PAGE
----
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Throughout my answer I'll sometimes refer to some results in https://sites.fas.harvard.edu/~cs278/papers/veach.pdf by using [MIS,section_number]. You can skip the following derivation if you don't care about the mathematical explanation of why using MIS to combine estimators is valid. I'll have to start with what the purpose of MIS is. The general idea is ...

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Only one path per sample. If you had 64 bounces per first hit and 64 per second hit and so forth you'd never get an image. Edit: And that's why you need to sample each pixel so many times (easily more than 1024 samples) in order to get it to converge, ie get rid of the noise. As per 2) (from comment below) The 64 primary rays will not hit the same object ...

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I just read notes on moving frostbite to pbr and I found the derivation of the method above. So I will just show the derivation here and quote some of the explanation. One can notice an extra〈n·l〉in the LD term as well as a different weighting 1/(∑Ni〈n·l〉). These empirical terms have been introduce by Karis to allows to improve the reconstructed ...

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It seems that the answer to my question is that my approach inherently can't work. After doing thinking about it some more and researching existing renderers, none seem to implement what I'm doing, and I think the noise comes from contributions from lights other than the one randomly picked will not be estimated with the PDF. To do it correctly I would need ...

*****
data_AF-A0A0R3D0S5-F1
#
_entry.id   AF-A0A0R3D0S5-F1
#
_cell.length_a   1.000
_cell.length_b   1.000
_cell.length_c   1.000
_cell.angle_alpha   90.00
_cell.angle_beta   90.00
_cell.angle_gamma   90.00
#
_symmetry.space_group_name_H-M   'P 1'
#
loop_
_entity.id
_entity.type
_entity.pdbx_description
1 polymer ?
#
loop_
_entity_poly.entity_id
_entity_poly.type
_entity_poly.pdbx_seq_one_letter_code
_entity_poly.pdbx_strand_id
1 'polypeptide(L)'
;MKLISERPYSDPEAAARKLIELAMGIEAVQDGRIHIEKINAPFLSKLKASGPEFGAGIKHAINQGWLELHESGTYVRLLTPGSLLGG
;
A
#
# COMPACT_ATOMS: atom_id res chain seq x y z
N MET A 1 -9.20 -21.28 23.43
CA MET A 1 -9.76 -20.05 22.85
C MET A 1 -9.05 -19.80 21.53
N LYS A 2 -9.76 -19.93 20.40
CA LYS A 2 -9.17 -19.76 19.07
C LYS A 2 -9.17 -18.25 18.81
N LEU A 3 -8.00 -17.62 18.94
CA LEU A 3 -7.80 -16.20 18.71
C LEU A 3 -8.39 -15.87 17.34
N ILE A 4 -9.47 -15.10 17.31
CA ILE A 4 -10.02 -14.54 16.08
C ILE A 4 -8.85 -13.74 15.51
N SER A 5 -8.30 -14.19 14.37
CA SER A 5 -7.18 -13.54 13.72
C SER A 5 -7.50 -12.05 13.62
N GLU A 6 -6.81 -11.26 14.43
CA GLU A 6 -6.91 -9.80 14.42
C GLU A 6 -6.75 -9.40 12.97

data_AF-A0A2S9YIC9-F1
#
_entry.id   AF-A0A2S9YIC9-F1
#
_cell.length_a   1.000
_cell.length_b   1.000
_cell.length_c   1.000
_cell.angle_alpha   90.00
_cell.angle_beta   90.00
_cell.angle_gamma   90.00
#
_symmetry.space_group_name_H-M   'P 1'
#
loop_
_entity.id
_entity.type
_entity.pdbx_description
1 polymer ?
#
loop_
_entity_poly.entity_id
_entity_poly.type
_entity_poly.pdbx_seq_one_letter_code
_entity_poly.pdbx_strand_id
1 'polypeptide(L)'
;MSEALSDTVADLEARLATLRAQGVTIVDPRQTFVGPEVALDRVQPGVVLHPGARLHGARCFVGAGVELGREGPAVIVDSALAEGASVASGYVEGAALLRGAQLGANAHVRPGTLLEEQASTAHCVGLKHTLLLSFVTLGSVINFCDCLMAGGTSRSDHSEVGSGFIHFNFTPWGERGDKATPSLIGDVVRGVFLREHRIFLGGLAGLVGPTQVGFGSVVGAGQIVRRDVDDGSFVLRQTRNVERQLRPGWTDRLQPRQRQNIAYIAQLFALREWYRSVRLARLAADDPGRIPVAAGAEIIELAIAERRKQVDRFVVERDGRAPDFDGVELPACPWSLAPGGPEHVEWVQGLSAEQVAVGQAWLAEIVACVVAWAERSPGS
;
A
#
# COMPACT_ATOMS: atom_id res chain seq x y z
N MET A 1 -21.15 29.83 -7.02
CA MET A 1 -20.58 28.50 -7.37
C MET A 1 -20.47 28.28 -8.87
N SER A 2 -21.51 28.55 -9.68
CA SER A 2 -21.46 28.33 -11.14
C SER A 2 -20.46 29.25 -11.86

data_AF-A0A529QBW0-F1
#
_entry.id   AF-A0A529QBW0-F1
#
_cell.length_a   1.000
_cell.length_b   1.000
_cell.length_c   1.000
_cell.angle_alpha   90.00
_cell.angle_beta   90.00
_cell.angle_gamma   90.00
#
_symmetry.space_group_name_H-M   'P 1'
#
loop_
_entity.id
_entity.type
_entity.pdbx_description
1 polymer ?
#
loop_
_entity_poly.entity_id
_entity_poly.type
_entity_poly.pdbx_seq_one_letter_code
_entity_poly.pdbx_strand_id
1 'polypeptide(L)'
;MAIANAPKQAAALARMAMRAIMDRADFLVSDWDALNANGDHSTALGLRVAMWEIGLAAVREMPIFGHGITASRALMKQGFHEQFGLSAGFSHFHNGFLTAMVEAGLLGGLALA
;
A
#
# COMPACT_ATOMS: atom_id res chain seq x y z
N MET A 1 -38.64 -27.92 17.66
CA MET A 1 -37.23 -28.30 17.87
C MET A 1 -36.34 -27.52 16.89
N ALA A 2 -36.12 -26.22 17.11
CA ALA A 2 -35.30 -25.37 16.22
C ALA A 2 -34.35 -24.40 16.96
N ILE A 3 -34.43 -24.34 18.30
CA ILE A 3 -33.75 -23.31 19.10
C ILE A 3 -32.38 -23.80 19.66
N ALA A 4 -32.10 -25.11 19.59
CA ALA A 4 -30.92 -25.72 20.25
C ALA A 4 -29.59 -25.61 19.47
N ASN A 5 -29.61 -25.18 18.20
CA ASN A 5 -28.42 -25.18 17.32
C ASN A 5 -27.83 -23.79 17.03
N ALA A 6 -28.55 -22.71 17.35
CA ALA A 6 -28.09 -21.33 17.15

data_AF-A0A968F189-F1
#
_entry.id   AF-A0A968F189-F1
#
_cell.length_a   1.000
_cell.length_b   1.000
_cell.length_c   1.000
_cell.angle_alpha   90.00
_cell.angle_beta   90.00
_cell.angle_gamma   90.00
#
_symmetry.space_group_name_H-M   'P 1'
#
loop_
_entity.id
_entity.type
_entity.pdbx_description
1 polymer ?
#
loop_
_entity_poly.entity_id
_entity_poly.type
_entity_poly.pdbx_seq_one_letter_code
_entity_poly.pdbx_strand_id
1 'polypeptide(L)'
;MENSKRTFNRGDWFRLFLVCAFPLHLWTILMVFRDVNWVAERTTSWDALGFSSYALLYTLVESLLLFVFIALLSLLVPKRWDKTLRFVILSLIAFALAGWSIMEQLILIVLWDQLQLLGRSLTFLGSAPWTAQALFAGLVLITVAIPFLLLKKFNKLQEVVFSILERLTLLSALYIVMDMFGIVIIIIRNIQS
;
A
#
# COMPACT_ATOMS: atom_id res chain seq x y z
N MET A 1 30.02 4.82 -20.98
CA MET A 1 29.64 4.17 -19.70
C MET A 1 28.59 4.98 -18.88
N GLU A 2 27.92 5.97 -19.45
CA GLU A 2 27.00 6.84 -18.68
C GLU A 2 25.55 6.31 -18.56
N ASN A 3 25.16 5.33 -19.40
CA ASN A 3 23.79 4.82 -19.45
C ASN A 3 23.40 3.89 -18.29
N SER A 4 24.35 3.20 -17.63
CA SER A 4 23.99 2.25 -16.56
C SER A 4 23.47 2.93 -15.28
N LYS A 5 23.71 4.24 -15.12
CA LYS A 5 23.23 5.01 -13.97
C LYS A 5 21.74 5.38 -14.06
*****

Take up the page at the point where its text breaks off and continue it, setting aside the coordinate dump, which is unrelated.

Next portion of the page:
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I will not answer your questions directly, but will try to change your mindset a bit. I hope got your intentions reasonably well... The usual way the path tracing is implemented is that the reflection integral is split into direct and indirect illumination and they are estimated separately. The direct illumination can be estimated using more sampling ...

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If you have a deterministic mapping function which transforms uniformly distributed samples into the desired PDF (cosine shaped in your case), just feed it directly with stratified uniformly distributed samples. The mapping will keep the strata separated. Usually one sample per stratum is used and the number of strata is set according to the total amount of ...

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In general, the idea of importance sampling is to distribute samples in a way that matches the function being integrated (or more practically, matching some factor in it). This reduces the variance of the output values, allowing the Monte Carlo integration to converge faster. In volume scattering, when a medium is homogeneous, we have the Beer–Lambert law, ...

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Specular surfaces which use MIS are not perfectly specular like a mirror. They have a small amount of blur, otherwise there is indeed no point in sampling the light as all the samples will evaluate the BRDF as 0. In fact, you would only need to trace a single reflection ray. A small amount of blur means that a given camera ray will see a small area of the ...

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If a ray intersect a transparent object (regardless of the order) multiply by the colour to get proper attenuation, then continue. Note that the order does not matter. The other options is to ignore transparent objects and check for occlusion. Only if there's no occlusion intersect the set of transparent objects only without caring about order once again, ...